Welcome to the new Living Healthy in the Real World site! I have graduated from WordPress.com to buying my own domain name. Exciting indeed.
I also have a one-stop shop for Living in the Real World. It is an entry page from which you can access Living Healthy in the Real World, Living Rhetorically in the Real World, my Twitter page, and my Living Well column. Look around, check it all out, and let me know what you think!
And the three winners of the POM Juice Giveaway are…
Mary: “OK, these are both gonna be sorta weird, but the first is a stir fry sauce. Pom juice, fresh grated ginger, garlic, soy or teriyaki, cayenne(cause I’m from the south) and a little cornstarch to thicken. Pour over fresh, stir fried veggies (I’m a vegetarian) delicious!!! Could also add tofu, chicken, shrimp or beef. Next, saute onions, garlic, chopped tomatoes. Add pom juice, cayenne, and arils at the end. Serve over wheat pasta – I could eat the entire pot (and am ashamed to say I have).”
Dia: “Am so enjoying that it’s pom season again! & like some of the others, I usually just score & eat a section or two straight from the fruit! I have thought of doing a spinach/arugula/lettuce salad for Thanksgiving with pomegranate seeds sprinkled over & a coconut/olive oil & raspberry vinegar (Plus Italian herbs & garlic) dressing . . .”
Westwood: “I like my pomegranates naked. Or as juice in vodka. Either way, I don’t like ‘em G-rated.”
E-mail me your mailing addresses and I’ll make sure your POM juice gets sent to you! I also expect to hear all about the glorious recipes you concoct from your winnings 😀
Non-Christmas Christmas and American Thanksgiving
Tomorrow is the American Thanksgiving, and all across the blogosphere it has been beautiful to see everyone write about what they are thankful for. I rather like that Canadian and American Thanksgiving’s are a month and a half apart; it’s a good reminder to continually be grateful on an ongoing basis, rather than just for a single day.
This year, my thoughts between the Canadian and American Thanksgiving’s have been gravitating towards how thankful I am for the positive influences in my life.
When I was younger I lived in Holland for a few years with my parents and my sister. This meant that we spent Christmas without any of our extended family. Because of this, when we came back to Canada, one of my aunts arranged to have a “non-Christmas Christmas” in the middle of the summer to make up for having not been together for Christmas while we were on separate continents. We all enjoyed the novelty of it so much that we began to do it every year.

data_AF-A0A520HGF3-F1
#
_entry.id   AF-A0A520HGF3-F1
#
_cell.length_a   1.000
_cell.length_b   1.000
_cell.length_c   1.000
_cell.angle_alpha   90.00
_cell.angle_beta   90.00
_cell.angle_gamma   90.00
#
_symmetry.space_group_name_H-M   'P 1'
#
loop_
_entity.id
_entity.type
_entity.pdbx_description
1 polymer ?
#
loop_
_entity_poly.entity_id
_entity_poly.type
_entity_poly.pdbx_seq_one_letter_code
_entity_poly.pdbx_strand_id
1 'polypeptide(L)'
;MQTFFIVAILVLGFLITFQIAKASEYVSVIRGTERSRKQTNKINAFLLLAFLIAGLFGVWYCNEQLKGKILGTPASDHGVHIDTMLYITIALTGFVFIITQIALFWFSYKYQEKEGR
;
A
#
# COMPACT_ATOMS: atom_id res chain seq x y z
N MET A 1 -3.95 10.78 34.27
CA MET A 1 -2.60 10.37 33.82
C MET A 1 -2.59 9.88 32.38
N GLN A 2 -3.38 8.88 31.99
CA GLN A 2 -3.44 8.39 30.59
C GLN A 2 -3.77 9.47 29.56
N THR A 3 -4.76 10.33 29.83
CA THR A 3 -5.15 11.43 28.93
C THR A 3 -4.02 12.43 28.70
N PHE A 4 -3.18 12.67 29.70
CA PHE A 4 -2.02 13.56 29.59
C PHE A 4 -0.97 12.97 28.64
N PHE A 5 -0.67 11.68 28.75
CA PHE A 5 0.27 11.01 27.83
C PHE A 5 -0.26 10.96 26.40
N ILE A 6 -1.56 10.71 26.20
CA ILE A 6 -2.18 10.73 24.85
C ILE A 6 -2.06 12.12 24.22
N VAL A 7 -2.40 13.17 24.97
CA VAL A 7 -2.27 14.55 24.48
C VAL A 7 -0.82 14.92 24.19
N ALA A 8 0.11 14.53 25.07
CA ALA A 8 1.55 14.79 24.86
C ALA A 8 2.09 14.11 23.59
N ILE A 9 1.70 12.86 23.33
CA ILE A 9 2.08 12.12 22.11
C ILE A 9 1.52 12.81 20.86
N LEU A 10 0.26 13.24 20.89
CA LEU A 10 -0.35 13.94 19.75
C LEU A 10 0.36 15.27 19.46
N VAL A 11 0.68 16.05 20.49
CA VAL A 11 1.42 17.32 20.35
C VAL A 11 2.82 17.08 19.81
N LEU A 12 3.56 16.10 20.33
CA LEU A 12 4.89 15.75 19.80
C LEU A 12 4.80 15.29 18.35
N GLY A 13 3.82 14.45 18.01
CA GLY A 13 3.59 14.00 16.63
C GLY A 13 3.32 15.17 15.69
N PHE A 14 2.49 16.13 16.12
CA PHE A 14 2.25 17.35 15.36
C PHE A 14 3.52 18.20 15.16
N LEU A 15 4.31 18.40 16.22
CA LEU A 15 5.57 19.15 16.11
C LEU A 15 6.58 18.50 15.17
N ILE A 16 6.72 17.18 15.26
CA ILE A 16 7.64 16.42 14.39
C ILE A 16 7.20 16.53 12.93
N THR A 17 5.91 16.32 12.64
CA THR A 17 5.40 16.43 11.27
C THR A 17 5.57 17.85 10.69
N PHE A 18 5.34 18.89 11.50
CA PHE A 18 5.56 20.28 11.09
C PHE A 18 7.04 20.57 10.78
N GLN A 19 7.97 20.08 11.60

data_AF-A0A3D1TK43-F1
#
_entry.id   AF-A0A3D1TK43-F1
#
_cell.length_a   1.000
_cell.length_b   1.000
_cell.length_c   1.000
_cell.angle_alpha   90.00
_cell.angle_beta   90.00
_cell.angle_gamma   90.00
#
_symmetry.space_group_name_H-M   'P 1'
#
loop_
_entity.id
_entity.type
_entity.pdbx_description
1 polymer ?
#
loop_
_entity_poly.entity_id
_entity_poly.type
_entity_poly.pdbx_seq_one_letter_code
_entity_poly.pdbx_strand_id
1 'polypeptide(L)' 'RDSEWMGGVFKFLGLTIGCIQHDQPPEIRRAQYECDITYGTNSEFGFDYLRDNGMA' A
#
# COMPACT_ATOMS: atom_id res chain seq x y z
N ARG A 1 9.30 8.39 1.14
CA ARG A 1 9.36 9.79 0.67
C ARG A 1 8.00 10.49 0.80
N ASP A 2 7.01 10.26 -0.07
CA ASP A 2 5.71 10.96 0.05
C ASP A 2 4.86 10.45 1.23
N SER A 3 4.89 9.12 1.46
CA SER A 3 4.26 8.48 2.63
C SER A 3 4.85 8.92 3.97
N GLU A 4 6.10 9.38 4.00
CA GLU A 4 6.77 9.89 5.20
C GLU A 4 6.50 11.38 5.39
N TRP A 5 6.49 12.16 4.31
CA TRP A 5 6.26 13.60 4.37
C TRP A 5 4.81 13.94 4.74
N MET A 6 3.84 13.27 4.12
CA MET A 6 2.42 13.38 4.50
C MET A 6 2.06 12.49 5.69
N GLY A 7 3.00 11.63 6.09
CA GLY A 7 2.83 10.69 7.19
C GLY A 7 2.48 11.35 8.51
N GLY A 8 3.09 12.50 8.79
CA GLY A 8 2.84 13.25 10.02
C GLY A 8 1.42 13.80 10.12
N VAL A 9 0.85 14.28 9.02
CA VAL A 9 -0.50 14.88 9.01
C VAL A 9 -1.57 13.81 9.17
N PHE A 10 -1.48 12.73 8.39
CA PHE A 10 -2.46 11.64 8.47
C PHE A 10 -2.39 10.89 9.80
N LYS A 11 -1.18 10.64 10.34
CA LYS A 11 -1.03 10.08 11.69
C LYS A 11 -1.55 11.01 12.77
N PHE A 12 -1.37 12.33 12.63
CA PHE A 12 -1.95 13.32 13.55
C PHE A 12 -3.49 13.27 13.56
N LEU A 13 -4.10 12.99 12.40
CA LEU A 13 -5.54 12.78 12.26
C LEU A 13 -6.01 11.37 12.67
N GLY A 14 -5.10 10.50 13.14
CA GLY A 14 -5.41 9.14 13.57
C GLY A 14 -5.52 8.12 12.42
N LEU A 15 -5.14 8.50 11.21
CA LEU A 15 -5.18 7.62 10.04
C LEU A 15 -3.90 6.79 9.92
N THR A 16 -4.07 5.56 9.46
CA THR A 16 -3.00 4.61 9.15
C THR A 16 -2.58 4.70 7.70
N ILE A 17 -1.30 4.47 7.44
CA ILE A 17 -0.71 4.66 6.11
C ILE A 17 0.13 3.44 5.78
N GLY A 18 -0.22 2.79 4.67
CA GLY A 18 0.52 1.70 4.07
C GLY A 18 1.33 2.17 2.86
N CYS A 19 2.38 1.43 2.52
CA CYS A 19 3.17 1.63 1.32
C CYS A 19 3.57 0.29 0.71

We wound up celebrating non-Christmas Christmas this past Sunday rather than during the summer, this year. My sister is still traveling in Cambodia but the father dear is home visiting just for a couple weeks (hurray!), so he was able to attend.
Something that I have learned, particularly through talking with my nutritionist, is that I over-eat or restrict myself from eating when I am with negative people. If I feel as though I’m being treated in an unfairly poor manner, I turn to food to fill the void, either by not eating or by overeating. There is, as my nutritionist said, a very strong connection in my life between emotional love and food. I think that this is the same for many people, whether we’re consciously aware of it or not.
I have been working hard at eliminating negativities from my life and adding in positive people and ideas, and it is making a huge difference. I don’t need food to fill the void; I have people who do that. On our non-Christmas Christmas, I ate just the right amount, because I didn’t feel as though I had to compensate for emotional instability by eating copious amounts of food.
Although it can appear shallow, to be concerned during the holidays about how much food we are or are not eating- because holidays are about remembering and being thankful rather than “watching our diets”- we cannot deny that food plays a very big role in human society. Not just as sustenance, but as a replacement for emotional wellbeing. When we have a healthy relationship with ourselves and with others, we are far more likely to have a healthy relationship with the food we eat. If we’re struggling with eating too much or too little food, it is very likely because there is something missing from our lives. I am so very grateful that my life is whole.
What does your relationship with food say about your emotional health and your relationships with others?